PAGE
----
Andrew Lloyd Webber’s iconic The Phantom of the Opera won ten Tonys in 1988 when it opened. Now, more than 30 years and 13,000 performances later, Phantom shows few, if any, signs of slowing down. The Majestic theatre continues to live up to its name, and the design continues to wow with its lavish costumes, soaring music, and dazzling pyrotechnics. Perhaps it’s so long-running and highly-grossing in an effort to recoup the expense of the fantastical design–seemingly limited only by the room in the wings, flies, and stage the set and costumes seemingly defy any attempt to stick to a budget.
Set in a 19th-century Parisian opera house, Phantom takes us on a journey of gothic horror, mystery, and romance in a delightfully operatic musical.
Ben Crawford’s take on the titular character is nuanced and authentic to the historical parameters of the part. Unlike some other long-running productions, Phantom escapes the nearly inevitable decay. Crawford works tirelessly to keep his role as elevated as the perfect set and highly functioning cast.
Though he must have some secret to remain as energized as he does while dashes about the catwalk above to the pit below, causing mayhem in his wake whenever he feels Christine isn’t given her due.
Kaley Ann Voorhees (Christine Daaé) is cast again in the same part where she made her Broadway debut. She was well cast then and remains so today. Playing off of Crawford, Voorhees keeps Christine as youthful, alive, and talented as she was when she first appeared some thirty years ago.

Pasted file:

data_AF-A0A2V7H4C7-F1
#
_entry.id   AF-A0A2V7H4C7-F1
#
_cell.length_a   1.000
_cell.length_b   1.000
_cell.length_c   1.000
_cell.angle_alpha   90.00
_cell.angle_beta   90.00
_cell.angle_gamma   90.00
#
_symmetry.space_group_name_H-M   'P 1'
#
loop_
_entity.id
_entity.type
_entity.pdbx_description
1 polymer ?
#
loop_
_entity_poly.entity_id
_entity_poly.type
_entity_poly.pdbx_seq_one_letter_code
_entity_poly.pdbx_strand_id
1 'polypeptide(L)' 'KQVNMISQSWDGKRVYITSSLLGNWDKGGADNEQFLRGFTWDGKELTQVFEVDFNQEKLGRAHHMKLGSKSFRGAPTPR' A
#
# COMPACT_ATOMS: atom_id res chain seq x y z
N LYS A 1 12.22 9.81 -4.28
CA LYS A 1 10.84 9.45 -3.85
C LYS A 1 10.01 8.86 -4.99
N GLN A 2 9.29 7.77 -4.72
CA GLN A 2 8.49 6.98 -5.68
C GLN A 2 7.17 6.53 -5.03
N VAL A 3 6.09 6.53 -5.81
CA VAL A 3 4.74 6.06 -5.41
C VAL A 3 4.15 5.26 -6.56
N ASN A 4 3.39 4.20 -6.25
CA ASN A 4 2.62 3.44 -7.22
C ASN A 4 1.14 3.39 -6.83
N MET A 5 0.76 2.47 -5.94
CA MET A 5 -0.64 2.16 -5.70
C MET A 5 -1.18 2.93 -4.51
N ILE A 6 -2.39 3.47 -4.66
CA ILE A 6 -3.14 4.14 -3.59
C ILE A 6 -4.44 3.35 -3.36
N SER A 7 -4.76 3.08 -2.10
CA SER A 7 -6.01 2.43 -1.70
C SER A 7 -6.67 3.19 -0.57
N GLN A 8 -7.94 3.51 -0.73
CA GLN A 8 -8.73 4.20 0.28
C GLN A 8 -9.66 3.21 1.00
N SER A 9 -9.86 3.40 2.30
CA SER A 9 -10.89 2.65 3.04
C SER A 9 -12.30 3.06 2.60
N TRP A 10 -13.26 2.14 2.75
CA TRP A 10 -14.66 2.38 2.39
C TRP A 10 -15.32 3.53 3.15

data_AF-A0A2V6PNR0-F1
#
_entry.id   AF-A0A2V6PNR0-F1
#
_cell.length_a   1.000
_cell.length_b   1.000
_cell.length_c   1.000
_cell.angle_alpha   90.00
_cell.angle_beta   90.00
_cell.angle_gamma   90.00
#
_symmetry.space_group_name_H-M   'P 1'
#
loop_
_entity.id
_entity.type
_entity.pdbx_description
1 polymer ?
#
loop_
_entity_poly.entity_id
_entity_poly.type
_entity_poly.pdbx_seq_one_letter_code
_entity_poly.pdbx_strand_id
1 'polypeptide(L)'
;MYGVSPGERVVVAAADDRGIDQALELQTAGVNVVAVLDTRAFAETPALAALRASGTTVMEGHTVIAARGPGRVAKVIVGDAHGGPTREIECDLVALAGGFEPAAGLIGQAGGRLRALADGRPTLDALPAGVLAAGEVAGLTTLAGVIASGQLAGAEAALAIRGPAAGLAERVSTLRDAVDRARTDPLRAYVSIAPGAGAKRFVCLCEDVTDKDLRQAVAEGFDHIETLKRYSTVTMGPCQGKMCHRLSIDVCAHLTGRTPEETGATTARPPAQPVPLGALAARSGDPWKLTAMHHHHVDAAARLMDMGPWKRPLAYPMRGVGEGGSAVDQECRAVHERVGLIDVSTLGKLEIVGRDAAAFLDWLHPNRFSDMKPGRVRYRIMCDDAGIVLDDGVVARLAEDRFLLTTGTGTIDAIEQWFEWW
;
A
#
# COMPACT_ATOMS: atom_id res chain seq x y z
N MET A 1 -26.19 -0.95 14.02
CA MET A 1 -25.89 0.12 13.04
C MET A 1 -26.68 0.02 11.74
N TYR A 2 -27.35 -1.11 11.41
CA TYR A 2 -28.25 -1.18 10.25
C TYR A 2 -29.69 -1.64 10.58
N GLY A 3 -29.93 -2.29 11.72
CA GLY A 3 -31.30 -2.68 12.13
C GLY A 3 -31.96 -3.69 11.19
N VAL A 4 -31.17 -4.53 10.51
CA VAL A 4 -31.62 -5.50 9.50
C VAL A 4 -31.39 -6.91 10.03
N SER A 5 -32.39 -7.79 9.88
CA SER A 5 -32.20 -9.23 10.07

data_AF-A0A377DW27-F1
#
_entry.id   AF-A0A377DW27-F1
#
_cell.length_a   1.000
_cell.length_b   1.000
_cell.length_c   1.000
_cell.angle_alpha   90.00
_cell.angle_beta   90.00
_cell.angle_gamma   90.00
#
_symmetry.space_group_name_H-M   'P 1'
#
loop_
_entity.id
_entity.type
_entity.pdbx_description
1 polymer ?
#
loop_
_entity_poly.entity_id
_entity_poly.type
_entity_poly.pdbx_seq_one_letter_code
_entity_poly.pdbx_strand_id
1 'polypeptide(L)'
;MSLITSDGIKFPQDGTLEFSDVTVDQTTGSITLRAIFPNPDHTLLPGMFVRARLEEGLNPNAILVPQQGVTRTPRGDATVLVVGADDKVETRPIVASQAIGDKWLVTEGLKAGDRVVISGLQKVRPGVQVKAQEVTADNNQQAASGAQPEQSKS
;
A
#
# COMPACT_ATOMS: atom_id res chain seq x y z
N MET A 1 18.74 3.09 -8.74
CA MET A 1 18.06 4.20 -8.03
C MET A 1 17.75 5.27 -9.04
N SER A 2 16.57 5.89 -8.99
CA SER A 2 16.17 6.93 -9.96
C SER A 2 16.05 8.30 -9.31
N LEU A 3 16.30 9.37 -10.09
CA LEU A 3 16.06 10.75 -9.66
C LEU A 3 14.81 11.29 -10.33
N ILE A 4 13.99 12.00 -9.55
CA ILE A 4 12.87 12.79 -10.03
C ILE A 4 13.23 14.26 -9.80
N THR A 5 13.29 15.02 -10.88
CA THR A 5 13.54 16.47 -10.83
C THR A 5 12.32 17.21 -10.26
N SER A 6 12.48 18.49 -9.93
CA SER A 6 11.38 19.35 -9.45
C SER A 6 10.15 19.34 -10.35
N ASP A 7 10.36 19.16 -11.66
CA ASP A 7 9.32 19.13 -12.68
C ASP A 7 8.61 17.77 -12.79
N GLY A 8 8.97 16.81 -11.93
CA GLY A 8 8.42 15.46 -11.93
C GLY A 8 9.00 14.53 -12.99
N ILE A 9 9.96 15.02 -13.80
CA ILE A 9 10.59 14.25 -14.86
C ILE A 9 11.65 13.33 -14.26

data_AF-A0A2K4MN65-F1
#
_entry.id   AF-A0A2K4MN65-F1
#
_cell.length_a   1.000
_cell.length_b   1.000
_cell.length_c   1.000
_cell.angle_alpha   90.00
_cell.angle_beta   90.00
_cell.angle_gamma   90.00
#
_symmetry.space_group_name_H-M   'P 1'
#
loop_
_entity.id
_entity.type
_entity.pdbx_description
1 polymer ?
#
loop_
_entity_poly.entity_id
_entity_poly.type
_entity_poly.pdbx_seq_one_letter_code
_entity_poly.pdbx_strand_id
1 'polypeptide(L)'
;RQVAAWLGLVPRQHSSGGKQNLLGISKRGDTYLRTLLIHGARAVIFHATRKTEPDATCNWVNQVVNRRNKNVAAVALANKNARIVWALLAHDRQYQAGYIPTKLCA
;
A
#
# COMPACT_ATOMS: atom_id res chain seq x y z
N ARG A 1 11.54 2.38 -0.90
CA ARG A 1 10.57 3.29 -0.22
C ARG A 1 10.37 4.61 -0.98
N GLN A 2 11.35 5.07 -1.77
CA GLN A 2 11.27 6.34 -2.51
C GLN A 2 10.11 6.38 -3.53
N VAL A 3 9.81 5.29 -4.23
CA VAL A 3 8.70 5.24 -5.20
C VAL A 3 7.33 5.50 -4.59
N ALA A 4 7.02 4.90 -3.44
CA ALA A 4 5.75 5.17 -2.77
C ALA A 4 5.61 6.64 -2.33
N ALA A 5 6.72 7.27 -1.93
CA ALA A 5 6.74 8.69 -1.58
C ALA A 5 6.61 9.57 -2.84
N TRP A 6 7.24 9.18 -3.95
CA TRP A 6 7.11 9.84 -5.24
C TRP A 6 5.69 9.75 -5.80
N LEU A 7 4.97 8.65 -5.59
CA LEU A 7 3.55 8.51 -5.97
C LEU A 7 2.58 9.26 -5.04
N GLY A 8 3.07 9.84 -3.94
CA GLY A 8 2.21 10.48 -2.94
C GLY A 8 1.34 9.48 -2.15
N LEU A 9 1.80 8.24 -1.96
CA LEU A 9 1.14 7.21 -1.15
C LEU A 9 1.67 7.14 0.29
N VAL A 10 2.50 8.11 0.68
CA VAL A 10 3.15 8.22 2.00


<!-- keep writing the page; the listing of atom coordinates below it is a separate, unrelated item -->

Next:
Jay Armstrong Johnson (Raoul, Vicomte de Chagny) brings a stunning voice to Phantom. You almost wish he had been around to originate the character a few decades ago–but don’t since you’d miss the opportunity to enjoy him in other contemporary parts.
Perhaps the most surprising thing, aside from the percentage of tickets sold, is how well kept all of the set and costumes are. For a show that has been running this long, it would be entirely reasonable for a bit of wear to show around the edges. However, Phantom delivers consistently–making it a little easier to understand how it might still be plugging away all these years later.
Though written off by many New Yorkers as just another entry on the tourist attraction roster, The Phantom of the Opera is as good a show as one would expect in a Broadway theatre. And though the theatre may be full of groups on school trips, the Majestic does well coping with the traffic maintaining the experience you come to expect of any Broadway show.